Tuesday, February 05, 2008


Maybe not. But I weighed in on an on-line philosophy debate about the existence and nature of God a couple of days ago. And now this turns up:

Who Cares?: "Dinesh D'Souza explains the argument from morality to prove the existence of God. This is the one that really did it for me during my 'Ayn Rand phase.' Watching hardcore objectivists use tortured logic to explain why, to use D'Souza's examples, a gentleman vacates his seat for an old lady or a Franciscan gives his life for a stranger, led me to believe that the simpler explanation was the better one.

This entire framework of Darwinian analysis does not even come close to explaining morality. It confines itself to explaining altruism, and at best it explains 'low altruism.' But humans also engage in 'high altruism' which may be defined as behavior that confers no reciprocal or genetic advantage. A man stands up to give his seat on the bus to an older woman. She is nothing to him, and he is certainly not thinking that there may be a future occasion when she will give him her seat. He does it because he's a nice guy. There's no Darwinian rationale that can account for his behavior.

Consider the true story of the Catholic priest Maximilian Kolbe, who was imprisoned in a German concentration camp for his anti-Nazi activities. Each day the Nazis would choose one person from the group for execution. One of the first persons they selected was a man who pleaded for his life, saying he had a wife and children who were dependent on him and he needed to live in order to look after them. Just as the Nazis were about to drag him from the room, the priest stood up and said, 'Take me in his place.' The Nazis were baffled and refused, but the priest insisted. The man was equally uncomprehending, so the priest told him, 'I don't have a family, I am old and won't be missed like you will.' The Nazis finally agreed, and the priest went to his death. The man whose place he took survived the war and returned to his family.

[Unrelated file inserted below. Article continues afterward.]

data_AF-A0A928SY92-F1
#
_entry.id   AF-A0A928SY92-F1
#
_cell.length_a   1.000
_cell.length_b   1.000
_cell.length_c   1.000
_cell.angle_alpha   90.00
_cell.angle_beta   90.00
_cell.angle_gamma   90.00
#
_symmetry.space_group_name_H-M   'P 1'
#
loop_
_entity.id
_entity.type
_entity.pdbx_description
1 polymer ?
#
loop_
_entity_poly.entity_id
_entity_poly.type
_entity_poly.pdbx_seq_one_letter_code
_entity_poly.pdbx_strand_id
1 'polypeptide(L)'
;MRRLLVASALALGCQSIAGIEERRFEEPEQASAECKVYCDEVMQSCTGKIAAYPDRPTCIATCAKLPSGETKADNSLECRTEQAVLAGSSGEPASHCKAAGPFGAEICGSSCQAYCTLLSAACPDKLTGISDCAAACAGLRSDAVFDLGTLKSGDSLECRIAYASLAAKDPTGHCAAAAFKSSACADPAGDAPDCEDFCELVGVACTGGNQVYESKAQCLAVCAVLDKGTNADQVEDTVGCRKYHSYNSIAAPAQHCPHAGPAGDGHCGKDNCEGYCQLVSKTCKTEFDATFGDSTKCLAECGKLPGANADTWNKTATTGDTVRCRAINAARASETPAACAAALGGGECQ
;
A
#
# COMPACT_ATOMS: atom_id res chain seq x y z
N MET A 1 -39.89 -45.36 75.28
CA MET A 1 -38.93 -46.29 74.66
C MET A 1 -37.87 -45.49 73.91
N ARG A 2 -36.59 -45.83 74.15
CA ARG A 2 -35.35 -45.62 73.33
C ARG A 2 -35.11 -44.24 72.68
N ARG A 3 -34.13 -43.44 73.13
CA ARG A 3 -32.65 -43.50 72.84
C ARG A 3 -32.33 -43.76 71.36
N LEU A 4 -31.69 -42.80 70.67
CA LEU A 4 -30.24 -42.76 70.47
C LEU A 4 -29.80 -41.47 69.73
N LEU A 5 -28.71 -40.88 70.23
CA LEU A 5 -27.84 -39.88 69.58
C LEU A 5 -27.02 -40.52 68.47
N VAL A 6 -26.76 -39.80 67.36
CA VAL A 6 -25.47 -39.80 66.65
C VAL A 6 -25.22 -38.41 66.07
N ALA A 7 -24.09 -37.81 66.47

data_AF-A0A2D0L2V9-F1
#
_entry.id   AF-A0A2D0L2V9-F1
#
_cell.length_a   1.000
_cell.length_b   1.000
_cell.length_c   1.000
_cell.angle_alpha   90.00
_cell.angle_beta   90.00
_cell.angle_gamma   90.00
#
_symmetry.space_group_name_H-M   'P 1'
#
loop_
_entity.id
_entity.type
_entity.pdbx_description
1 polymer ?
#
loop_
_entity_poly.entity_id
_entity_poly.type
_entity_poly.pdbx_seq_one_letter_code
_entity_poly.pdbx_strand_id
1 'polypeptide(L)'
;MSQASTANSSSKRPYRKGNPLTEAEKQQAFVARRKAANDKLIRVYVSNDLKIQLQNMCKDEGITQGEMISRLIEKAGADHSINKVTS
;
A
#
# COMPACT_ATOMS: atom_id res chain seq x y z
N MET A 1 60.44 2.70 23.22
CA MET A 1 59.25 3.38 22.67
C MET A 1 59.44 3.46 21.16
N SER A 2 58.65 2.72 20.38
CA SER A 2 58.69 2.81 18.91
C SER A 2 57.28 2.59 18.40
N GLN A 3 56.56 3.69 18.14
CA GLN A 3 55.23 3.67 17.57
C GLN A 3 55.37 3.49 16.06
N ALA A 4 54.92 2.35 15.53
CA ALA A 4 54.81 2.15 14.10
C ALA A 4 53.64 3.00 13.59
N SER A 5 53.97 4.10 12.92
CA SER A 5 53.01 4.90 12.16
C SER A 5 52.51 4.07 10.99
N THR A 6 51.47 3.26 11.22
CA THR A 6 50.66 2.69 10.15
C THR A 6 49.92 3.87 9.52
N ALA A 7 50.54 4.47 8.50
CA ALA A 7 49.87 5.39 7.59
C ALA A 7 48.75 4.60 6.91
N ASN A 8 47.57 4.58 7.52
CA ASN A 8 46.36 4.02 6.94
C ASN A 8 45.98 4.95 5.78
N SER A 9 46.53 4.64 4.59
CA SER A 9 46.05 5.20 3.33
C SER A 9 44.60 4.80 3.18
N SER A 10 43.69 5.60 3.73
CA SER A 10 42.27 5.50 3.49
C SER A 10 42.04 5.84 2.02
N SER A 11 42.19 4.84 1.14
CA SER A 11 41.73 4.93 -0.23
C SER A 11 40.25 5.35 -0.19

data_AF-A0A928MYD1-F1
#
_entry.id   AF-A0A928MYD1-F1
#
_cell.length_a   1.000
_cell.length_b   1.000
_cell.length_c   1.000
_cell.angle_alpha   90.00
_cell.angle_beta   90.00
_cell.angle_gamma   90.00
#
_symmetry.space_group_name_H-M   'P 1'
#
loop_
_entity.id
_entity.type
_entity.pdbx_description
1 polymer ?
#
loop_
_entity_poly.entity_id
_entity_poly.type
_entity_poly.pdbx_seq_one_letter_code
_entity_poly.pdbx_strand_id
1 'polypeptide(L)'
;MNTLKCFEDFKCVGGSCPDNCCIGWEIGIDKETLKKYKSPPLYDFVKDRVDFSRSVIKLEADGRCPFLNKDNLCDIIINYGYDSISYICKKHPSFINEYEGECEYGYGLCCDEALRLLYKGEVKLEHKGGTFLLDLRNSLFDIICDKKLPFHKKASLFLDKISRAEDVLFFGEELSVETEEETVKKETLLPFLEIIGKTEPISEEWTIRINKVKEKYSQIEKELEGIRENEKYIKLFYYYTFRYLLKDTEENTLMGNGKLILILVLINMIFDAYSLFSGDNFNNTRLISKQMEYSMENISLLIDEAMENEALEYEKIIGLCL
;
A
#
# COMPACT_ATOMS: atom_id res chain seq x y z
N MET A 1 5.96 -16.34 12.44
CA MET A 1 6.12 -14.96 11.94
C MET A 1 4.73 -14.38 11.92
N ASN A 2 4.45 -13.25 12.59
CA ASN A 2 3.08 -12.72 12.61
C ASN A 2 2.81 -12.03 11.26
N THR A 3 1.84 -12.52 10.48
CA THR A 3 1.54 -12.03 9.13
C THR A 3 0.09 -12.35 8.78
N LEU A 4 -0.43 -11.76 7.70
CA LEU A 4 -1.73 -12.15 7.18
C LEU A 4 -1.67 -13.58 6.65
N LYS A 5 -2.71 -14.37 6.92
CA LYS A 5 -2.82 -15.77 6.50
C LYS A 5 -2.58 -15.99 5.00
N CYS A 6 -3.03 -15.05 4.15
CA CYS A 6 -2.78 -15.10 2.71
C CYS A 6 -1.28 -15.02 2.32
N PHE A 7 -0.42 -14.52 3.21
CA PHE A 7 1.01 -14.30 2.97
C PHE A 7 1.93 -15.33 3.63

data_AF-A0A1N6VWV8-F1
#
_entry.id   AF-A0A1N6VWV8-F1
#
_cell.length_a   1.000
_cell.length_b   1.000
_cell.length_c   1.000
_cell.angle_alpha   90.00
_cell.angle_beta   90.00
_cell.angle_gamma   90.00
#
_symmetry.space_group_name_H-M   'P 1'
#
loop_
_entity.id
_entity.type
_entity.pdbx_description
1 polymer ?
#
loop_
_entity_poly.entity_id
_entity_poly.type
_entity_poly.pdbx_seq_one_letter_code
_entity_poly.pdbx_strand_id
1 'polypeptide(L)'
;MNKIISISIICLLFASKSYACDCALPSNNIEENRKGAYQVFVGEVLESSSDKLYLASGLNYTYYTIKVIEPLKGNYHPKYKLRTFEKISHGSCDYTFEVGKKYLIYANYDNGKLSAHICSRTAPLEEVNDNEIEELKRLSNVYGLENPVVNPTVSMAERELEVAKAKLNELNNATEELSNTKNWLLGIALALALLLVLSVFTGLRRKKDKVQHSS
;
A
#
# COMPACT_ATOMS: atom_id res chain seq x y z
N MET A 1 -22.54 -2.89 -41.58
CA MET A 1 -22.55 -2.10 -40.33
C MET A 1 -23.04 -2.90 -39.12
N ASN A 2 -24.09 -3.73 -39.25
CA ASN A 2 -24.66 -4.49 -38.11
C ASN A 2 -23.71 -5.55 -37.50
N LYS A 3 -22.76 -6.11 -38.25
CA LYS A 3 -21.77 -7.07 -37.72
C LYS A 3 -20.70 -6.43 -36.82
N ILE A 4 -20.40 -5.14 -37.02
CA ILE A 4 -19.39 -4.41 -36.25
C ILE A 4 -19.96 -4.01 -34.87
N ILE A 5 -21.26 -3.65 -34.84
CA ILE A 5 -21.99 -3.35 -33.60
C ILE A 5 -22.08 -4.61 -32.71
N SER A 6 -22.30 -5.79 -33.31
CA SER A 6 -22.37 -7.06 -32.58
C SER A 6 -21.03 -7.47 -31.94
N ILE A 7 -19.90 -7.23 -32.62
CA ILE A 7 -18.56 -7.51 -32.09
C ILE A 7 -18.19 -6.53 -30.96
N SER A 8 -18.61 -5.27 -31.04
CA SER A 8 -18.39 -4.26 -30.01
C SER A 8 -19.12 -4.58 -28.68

Now what is the Darwinian explanation for Kolbe's behavior? It does not exist. Ernest Mayr, a leading evolutionary biologist, admits that 'altruism toward strangers is behavior not supported by natural selection.' Richard Dawkins concedes that Darwinism cannot even explain why people donate blood, an action he puts down to 'pure disinterested altruism.' I enjoy reading Pinker, Trivers and the others, but I don't think that the Darwin Cleanup Crew is going to come up with a comprehensive account of morality. The simple reason is that the evolutionary project is necessarily confined to the domain of survival and reproductive advantage — in other words, to the domain of self-interest — while it is the essence of morality to operate against self-interest. The whole point of morality is to do what you ought to do, not what you are inclined to do or what it is in your interest to do.

(Via Ten Reasons.)

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